Make indoor gardening work for you with these space-saving tips
11/21/2019 / By Rose Lidell / Comments
Make indoor gardening work for you with these space-saving tips

Tending to a vegetable garden is one of the most purposeful things you can do: It helps feed you (and your family) and maintains your overall health. There’s nothing more exciting than caring for your plants and watching them grow – right before your eyes. Plus, it gives you an amazing sense of accomplishment once they’re ready to harvest.

In addition, growing your own vegetables, fruits and herbs sets your mind at ease: You can keep your mind off pesticides or deceptive food labels – since everything on your table is the result of your own hard work.

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Unfortunately, not everyone has access to a large outdoor growing space, like a backyard. But that doesn’t mean they’re down for the count when it comes to gardening. Did you know that growing plants indoors is just as effective as growing them outside?

You don’t need wide, open spaces to start gardening

Plenty of plants don’t need to be in an outdoor space to thrive. These plants can be grown from various containers – ranging from balcony boxes to hanging baskets. With foods like blueberries, tomatoes, limes and leafy greens, you have many choices to choose from if you wish to start cultivating plants indoors.

Space won’t ever be an issue for indoor gardening. One garden can take up as much or even as little space as you’re willing to spare for it. Don’t let your dreams be dreams and let your apartment size hinder you from getting your own organic garden. Here are a few helpful tips and tricks to help turn your home into a green oasis.

Vertical growing spaces

If you don’t have much space to spare, a vertical garden tower may be the thing you need. It enables you to stack plants instead of spreading them out over windowsills or your balcony, allowing you to produce more food in tiny spaces.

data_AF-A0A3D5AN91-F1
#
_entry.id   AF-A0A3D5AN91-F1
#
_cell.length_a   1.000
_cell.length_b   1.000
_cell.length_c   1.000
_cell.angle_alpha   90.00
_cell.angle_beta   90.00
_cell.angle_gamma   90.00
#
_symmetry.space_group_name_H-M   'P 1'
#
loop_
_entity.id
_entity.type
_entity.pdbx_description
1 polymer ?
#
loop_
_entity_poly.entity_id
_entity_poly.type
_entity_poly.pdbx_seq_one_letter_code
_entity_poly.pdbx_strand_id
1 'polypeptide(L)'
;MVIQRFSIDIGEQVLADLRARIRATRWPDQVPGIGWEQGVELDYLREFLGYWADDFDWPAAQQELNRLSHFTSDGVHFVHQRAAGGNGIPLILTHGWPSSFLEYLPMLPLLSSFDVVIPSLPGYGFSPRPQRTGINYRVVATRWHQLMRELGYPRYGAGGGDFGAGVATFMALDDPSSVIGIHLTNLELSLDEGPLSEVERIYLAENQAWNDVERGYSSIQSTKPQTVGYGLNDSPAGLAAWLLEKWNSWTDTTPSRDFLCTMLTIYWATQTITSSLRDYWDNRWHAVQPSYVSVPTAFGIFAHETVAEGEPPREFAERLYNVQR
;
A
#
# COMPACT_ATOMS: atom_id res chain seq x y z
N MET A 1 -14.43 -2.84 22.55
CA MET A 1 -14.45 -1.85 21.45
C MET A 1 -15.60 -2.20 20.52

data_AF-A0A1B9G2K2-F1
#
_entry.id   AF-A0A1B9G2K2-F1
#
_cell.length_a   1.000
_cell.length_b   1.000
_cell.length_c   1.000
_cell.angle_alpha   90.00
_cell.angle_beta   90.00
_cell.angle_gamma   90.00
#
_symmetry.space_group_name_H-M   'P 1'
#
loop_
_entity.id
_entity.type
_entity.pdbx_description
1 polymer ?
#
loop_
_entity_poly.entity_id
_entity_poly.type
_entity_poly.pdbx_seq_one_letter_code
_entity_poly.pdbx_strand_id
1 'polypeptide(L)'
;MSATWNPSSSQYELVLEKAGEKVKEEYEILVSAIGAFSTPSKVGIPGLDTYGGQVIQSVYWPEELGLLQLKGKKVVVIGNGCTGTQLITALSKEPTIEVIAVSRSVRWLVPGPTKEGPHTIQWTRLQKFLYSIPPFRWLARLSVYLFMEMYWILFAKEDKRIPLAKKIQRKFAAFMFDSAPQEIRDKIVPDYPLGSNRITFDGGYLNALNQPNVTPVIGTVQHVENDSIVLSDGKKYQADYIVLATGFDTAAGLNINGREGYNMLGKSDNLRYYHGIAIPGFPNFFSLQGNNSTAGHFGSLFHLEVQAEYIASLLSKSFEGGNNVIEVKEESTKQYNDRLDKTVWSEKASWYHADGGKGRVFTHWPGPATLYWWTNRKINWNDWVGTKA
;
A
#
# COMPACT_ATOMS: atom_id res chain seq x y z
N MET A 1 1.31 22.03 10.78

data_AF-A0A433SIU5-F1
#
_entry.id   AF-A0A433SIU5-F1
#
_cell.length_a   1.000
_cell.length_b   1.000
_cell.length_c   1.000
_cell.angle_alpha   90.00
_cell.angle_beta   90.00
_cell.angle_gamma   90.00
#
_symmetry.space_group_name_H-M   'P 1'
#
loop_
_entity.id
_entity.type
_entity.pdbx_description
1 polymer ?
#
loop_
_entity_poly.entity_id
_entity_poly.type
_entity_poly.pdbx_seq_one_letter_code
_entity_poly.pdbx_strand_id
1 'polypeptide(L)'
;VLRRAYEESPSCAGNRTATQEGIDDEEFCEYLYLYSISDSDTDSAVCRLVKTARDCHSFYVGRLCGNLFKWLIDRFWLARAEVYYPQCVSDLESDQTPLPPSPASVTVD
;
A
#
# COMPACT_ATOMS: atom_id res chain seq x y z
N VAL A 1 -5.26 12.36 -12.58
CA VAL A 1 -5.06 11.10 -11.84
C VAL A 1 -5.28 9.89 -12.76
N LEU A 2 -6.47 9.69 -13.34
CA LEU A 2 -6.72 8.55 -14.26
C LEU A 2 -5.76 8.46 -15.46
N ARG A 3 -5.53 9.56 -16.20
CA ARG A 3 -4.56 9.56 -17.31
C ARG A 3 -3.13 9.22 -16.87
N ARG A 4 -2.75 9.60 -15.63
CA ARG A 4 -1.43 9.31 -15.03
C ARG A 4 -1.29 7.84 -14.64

Be creative. Install fixtures on your walls to maximize the growing space. Next to a vertical garden tower, waterproof fabric pockets designed for indoor gardening, mason jars attached to a wooden board or wall, stacked balcony box planters, or prefab shelving may provide you with more space to grow small plants like herbs and salad greens.

Hanging baskets

Hanging baskets are beautiful and don’t take up any space. According to Off The Grid News, tomatoes, peas, beans, cucumbers, salad greens, some herbs and strawberries all do well in hanging pots, as long as you keep a few things in mind.

Hanging baskets should be at least 12 inches deep and have a minimum diameter of six inches. Do your research and determine how much sunlight each plant requires. If a sunny spot near a southern window is not an option, try a clamp-on grow light instead. While some plants can stand the cold, others will thrive in temperatures that range from 65 to 75 degrees Fahrenheit. Make sure to place heat-loving plants away from drafty doors and windows.

Ever thought of planting potatoes indoors?

While you may not think of potatoes when you are starting an indoor garden, potato plants provide abundant yields in tiny spaces. Potato plants can easily be grown in a five-gallon pail, plastic tote box, waste bin, or even a large bag. Off The Grid News recommends growing potatoes in straw to keep the container light and easy to move.

Fill the base of the container or bag with a few inches of small gravel and topsoil. Plant the eyes of the potatoes in the dirt and cover the rest of the container with approximately four to six inches of straw. Once you see plants appearing through the straw, add some more to stimulate further growth.

Or why not try to cultivate microgreens such as bean or broccoli sprouts instead? They take up very little space and are highly nutritious and delicious.

As you can see, your options of indoor gardening are endless. Be creative and think outside the planting box.

Sources:

OffTheGridNews.com

RealFarmacy.com

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